Born in the Swiss mountains under the less catchy name of Charles-Édouard Jeanneret-Gris, Le Corbusier became a leading 20th century architect and designer. He is widely acknowledged as the father of modern architecture. Le Corbusier’s buildings, with their characteristic use of concrete and open interiors, still look contemporary today. Signature projects include the Notre Dame du Haut church in France and the Villa Savoye on the outskirts of Paris. He is equally famous for the steel frame furniture line he created in 1928, which has become a modern design icon. That convoluted chaise longue you’ve been dreaming about was, in fact, designed by Le Corbusier.
Ursula Andress was the star of the scene in the first James Bond movie, Dr. No. As the shell diver, Honey Ryder, she emerged out of the waves in a white bikini with a knife strapped to her waist, becoming an overnight sex symbol. The actual bikini sold at auction in 2001 for close to $60,000. In Dr. No, her Swiss-German accent was judged too heavy and her character’s voice was dubbed. She went on to play alongside Hollywood legends including Elvis Presley in Fun in Acapulco, Frank Sinatra and Dean Martin in 4 for Texas, and opposite Marcello Mastroianni in The 10th Victim.
Herman Hesse, the 1946 Nobel Prize winner, was officially born in the Black Forest just across the border with Switzerland. He spent part of his childhood living in Switzerland, before setting up home there permanently in his early 20s. His writing is often dark, tracing the depths of despair, and mirroring his own troubled search for an identity. Before becoming a successful writer, Hesse was a failed missionary, a clock maker and a shop assistant in a bookshop. His most famous books, Siddhartha and Steppenwolf, take up the theme of man’s tortuous journey to self-knowledge.
H.R. Giger is one of the world’s most appreciated fantasy artists, whose surreal and nightmarish visions provided inspiration for Ridley Scott’s Alien. His unique bio-mechanical style captured the imagination of many, including the Oscar judges. Other films he worked on include Poltergeist II, Alien 3 and Species. Giger’s surreal creations appear on the covers of a number of music albums including Debbie Harry’s KooKoo and Magma’s Attahk. Fans can visit his museum in the turreted village of Gruyères in Switzerland. For the brave, it’s even possible to have a drink in the other-wordly Giger bar, with its unique vertebrae structure.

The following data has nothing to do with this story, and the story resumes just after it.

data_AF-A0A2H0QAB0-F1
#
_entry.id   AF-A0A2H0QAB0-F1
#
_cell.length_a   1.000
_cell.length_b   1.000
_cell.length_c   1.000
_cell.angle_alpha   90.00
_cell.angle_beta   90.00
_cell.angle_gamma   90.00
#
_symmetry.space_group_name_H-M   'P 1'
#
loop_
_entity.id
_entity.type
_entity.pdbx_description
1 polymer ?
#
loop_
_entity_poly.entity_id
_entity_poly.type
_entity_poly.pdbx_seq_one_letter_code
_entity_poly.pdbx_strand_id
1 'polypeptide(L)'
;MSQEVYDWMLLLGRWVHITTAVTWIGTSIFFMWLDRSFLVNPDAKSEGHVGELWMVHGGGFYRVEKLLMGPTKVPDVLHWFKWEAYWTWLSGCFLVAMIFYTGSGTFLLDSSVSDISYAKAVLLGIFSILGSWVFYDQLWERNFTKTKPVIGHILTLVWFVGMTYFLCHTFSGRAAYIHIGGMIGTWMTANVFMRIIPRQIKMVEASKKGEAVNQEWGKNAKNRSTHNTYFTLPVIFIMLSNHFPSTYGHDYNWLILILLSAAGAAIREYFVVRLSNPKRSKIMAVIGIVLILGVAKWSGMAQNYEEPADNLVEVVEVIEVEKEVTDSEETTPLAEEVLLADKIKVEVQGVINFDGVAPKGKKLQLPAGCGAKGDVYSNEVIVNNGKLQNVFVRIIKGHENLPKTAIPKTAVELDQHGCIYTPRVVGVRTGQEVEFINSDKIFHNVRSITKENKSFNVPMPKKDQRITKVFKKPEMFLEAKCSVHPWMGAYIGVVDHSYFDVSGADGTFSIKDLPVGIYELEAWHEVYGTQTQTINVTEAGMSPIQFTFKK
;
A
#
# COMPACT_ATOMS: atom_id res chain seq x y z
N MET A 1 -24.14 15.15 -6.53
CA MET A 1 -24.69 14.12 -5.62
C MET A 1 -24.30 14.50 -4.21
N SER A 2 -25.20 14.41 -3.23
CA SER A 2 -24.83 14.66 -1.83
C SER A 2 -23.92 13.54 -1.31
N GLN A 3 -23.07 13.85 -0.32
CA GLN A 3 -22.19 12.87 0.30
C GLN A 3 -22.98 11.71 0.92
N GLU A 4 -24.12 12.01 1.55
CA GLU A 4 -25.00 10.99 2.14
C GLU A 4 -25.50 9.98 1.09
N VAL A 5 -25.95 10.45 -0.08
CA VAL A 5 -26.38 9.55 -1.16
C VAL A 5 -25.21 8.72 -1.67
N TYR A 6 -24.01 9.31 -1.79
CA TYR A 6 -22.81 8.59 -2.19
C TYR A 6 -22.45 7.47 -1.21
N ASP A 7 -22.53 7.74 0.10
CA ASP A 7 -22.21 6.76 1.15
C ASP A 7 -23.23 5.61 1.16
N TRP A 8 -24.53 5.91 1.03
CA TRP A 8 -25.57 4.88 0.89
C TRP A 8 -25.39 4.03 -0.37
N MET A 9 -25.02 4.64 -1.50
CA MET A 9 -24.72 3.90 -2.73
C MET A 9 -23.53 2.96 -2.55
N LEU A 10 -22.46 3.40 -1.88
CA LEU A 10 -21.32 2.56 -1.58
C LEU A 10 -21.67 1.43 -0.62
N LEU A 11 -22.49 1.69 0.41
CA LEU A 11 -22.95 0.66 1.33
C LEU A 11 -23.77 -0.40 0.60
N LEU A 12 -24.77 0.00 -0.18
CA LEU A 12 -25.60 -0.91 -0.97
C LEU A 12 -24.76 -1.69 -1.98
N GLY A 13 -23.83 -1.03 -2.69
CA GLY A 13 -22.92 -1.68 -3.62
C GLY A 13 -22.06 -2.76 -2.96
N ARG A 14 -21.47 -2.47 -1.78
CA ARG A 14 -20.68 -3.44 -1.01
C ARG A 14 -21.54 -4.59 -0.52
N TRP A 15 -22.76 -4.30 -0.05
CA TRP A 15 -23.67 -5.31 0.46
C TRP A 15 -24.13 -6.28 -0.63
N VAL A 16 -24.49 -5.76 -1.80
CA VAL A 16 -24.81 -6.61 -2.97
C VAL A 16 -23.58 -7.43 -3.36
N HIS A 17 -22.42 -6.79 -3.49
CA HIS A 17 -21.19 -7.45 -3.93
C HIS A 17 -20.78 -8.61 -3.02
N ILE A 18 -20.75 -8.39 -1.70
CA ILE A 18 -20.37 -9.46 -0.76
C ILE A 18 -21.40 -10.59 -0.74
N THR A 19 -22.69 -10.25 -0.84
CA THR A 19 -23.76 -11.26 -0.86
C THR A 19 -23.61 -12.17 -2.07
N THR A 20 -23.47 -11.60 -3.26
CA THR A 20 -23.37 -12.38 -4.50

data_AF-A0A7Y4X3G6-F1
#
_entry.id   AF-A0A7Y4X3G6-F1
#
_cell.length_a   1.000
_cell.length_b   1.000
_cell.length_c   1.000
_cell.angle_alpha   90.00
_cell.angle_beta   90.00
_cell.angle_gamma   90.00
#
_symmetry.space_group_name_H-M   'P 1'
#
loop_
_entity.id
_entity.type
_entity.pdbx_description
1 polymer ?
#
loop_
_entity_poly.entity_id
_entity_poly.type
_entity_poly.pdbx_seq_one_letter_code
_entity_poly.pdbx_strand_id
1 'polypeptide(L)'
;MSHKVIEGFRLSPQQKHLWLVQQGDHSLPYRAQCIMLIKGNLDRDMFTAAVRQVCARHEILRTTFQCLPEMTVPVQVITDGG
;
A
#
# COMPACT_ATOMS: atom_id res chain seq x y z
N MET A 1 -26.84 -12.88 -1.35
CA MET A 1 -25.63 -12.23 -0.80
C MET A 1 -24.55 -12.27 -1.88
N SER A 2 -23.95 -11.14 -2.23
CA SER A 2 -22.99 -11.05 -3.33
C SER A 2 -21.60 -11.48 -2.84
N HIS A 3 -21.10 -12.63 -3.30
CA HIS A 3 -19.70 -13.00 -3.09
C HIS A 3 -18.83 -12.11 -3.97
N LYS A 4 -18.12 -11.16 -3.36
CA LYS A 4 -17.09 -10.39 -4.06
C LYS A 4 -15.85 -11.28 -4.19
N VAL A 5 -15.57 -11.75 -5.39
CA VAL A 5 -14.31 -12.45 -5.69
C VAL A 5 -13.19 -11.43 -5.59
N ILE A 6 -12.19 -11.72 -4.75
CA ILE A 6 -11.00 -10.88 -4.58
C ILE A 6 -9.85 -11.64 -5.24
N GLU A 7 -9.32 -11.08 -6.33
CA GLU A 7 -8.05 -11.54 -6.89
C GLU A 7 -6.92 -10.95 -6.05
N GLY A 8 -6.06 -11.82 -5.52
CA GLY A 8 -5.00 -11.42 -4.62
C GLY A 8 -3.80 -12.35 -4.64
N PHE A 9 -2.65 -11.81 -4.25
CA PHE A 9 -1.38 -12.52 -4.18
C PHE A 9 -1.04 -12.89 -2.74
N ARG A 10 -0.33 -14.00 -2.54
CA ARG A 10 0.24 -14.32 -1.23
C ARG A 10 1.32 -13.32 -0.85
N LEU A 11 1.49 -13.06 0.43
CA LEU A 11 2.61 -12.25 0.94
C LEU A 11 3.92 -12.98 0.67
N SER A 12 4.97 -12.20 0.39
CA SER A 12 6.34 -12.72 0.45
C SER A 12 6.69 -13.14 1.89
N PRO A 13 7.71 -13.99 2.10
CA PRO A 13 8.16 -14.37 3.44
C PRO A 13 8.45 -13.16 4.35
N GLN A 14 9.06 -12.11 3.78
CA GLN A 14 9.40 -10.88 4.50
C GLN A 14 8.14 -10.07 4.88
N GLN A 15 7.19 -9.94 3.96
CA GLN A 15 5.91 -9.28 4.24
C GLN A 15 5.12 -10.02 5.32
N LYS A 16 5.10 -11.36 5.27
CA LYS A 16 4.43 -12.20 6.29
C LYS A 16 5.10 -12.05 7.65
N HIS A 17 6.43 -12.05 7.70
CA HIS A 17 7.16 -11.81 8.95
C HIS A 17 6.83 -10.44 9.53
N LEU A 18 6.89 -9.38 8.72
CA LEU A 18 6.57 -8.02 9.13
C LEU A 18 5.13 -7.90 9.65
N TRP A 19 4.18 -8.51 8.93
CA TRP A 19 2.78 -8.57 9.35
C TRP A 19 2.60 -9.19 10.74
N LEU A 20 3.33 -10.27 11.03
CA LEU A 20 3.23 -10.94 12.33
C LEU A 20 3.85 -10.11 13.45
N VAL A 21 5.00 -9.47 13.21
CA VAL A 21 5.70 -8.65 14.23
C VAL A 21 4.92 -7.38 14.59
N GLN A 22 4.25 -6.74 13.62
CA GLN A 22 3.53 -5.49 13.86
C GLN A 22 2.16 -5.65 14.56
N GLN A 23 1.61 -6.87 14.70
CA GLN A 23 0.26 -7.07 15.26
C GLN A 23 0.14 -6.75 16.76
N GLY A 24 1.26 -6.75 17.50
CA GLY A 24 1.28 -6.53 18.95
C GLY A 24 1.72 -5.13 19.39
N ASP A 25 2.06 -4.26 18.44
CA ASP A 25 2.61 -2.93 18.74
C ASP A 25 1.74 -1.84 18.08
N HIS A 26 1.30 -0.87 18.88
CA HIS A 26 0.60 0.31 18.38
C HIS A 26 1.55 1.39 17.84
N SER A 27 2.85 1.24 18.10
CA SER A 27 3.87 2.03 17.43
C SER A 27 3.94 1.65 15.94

Paul Klee is known for his colorful, wistful canvases with disjointed faces and stick figures in a child-like world. Klee was influenced by the Cubists including Picasso and Braque, and became close friends with Kandinsky, who helped the younger artist find his way. Despite the many years he spent living in Switzerland, the authorities considered Klee’s work too radical and only gave him citizenship posthumously. The Zentrum Paul Klee in Bern contains the world’s largest collection of his work, including paintings and drawings, housed in an iconic wave-like building designed by the Italian architect Renzo Piano. A good place to visit on a rainy day in Bern.
Psychiatrist Carl Jung is considered to be among the founding fathers of modern psychology (along with Sigmund Freud). His focus on dreams, symbols and the working of the subconscious led to him creating the theory of analytical psychology, which influenced many contemporary artists including Hermann Hesse and Jackson Pollock. Jung is the creator of many concepts we take for granted today, including extroversion, introversion, the collective unconscious and archetypes. This last one became the foundation of the widely used psychometric test, the Myers-Briggs Type Indicator.
Although not a household name, Henry Dunant was instrumental in creating a global icon and was the first winner of the Nobel Peace Prize. As a wealthy merchant, he witnessed the battle of Solférino, between the Austrian Empire and the French alliance led by Napoleon III. With 40,000 dead or dying, it was one of the bloodiest battles of the 19th century. The experience led to his establishing the Red Cross. His personal life was equally colorful. After achieving fame, he lived as a beggar following bankruptcy, before finding shelter in a hospice in a Swiss village. Discover the full story at Geneva’s International Red Cross and Red Crescent Museum.